James Leroy Wilson's blog

Tuesday, April 21, 2009

Walter Block's Achievement

Four years ago, Austrian economist and UNLV professor Hans Hermann-Hoppe received a "non-disciplinary letter" from the school condemning remarks he said in the classroom about homosexuals that a student perceived as derogatory. Hoppe fought back with the help of the ACLU, and the letter was removed from his file.

This year, Austrian economist and Loyola-New Orleans professor Walter Block was condemned by the school's diversity task force based on a second-hand report of allegedly gender-and racially-insensitive remarks he made in a speech and Q & A given at another school. Block's fighting back relentlessly.

Will the Task Force rescind their condemnation? Will the University apologize to Block?

I doubt it.

And even if they viewed a repeat performance of Block's speech, I doubt they will repent. The one member of the Task Force who did show up appeared to be plenty angry with what Block said.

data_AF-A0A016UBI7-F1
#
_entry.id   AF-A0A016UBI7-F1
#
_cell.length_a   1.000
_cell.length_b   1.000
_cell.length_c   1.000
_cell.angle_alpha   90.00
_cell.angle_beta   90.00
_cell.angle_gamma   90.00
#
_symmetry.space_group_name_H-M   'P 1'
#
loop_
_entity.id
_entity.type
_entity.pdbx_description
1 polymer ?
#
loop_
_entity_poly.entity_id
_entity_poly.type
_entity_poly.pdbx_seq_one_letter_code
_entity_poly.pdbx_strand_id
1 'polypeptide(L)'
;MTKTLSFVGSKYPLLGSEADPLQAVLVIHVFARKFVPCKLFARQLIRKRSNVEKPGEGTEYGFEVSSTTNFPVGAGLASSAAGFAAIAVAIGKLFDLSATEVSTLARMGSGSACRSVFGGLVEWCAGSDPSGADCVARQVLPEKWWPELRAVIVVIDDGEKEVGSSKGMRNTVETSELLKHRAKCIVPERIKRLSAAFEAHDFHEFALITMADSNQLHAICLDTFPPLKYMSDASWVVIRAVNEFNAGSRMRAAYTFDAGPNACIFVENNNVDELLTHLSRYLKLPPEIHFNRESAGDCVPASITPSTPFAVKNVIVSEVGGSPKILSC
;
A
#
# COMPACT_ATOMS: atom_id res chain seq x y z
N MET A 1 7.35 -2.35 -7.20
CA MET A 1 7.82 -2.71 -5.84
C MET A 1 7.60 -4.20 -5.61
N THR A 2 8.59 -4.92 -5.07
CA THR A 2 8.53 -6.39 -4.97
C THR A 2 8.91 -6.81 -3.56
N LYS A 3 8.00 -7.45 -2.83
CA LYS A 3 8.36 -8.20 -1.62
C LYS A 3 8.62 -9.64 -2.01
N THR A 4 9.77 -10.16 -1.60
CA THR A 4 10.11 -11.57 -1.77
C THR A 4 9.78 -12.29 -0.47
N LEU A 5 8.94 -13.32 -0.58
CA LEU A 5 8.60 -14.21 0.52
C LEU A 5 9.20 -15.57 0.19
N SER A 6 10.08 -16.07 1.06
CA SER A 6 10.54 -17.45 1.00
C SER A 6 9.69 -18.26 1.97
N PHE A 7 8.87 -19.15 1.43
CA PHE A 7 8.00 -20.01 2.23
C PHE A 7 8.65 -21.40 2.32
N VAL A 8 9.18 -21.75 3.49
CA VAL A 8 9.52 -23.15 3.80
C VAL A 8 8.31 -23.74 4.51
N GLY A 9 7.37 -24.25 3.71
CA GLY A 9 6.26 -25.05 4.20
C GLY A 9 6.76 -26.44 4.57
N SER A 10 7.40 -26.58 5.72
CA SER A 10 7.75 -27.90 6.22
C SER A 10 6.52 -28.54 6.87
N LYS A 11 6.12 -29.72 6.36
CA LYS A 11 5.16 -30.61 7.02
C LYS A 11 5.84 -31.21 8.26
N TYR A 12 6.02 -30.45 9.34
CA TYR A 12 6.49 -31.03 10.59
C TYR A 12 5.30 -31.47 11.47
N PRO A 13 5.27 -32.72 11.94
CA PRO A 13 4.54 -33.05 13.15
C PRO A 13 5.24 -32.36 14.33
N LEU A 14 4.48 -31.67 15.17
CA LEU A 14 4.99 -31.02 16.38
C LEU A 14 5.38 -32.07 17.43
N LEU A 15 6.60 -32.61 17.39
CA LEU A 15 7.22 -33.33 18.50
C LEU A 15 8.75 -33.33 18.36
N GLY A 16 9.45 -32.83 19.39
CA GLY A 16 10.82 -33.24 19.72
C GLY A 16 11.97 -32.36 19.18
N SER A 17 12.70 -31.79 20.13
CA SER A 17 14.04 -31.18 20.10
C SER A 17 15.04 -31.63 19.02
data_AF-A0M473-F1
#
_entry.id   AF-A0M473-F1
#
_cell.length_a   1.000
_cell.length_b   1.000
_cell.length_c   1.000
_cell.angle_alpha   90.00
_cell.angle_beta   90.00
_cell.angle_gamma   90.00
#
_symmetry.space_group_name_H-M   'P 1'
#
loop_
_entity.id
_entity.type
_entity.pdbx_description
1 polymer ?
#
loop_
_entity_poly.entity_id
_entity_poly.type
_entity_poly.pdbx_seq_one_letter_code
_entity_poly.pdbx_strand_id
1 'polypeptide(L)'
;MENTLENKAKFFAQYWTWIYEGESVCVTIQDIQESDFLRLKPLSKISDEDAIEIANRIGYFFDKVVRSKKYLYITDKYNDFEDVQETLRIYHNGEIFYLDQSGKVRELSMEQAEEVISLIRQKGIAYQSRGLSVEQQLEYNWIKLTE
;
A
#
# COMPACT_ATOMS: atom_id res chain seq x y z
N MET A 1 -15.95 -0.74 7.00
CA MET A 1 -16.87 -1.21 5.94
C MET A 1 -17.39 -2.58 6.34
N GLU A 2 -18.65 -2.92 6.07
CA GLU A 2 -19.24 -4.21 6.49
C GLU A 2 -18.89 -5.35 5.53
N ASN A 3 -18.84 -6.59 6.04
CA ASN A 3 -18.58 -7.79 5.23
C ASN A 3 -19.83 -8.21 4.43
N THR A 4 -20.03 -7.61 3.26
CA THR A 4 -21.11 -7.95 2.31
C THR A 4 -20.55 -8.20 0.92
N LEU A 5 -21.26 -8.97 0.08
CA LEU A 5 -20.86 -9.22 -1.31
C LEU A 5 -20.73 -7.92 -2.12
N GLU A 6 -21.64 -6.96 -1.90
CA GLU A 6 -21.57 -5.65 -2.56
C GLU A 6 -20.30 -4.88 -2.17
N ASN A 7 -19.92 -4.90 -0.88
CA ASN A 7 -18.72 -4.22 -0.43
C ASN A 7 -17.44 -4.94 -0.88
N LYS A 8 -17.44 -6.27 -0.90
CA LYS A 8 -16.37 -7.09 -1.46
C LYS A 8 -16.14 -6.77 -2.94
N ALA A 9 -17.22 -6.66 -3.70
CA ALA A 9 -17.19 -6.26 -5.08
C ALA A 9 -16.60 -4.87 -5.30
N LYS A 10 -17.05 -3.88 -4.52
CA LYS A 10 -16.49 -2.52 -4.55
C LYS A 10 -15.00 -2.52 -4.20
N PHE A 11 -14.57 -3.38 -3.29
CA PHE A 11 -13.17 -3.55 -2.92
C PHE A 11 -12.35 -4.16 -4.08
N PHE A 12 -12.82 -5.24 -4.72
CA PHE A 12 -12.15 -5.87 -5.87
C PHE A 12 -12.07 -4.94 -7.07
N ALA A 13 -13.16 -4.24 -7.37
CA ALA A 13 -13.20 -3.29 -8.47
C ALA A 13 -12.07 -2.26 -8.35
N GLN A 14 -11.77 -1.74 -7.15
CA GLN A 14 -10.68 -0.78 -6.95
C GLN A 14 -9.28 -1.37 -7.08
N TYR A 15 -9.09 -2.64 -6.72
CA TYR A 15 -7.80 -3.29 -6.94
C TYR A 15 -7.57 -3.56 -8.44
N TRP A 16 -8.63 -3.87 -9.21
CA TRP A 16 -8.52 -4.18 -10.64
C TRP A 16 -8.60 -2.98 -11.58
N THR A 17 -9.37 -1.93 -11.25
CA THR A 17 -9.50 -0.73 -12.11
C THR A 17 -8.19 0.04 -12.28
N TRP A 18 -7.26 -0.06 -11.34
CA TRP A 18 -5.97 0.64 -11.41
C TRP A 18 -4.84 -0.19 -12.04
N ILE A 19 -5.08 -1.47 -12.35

And here's the reason: to use facts and logic to point to causes, besides chauvinism and bigotry in the free market, that explain wage gaps between males and females, or between blacks and whites, is often automatically interpreted as blaming females and blacks, or suggesting they are inferior. Also, university profs are generally quite egotistical (even those who serve on Diversity Task Forces), and generally will refuse to admit, to themselves or to others, that they're wrong.

(Block, as it turns out, "blames" marriage and children for the gender gap, and points mainly to past and present government policies for the racial gap.)

But while I think Block won't win this one, I think he, along with Hoppe, have achieved unseen future victories against the PC Police. Their relationships with Lew Rockwell and the Mises Institute certainly helped their causes go national.

These "unseen future victories" will be when the PC Police declines to act, or is afraid to act because of fear of national backlash. They will be more inclined to research not just one's academic paper trail, but their popular articles and friends on the web.

So I congratulate Prof. Block for fighting this fight. The cause of academic freedom (and economic freedom) is stronger for it.

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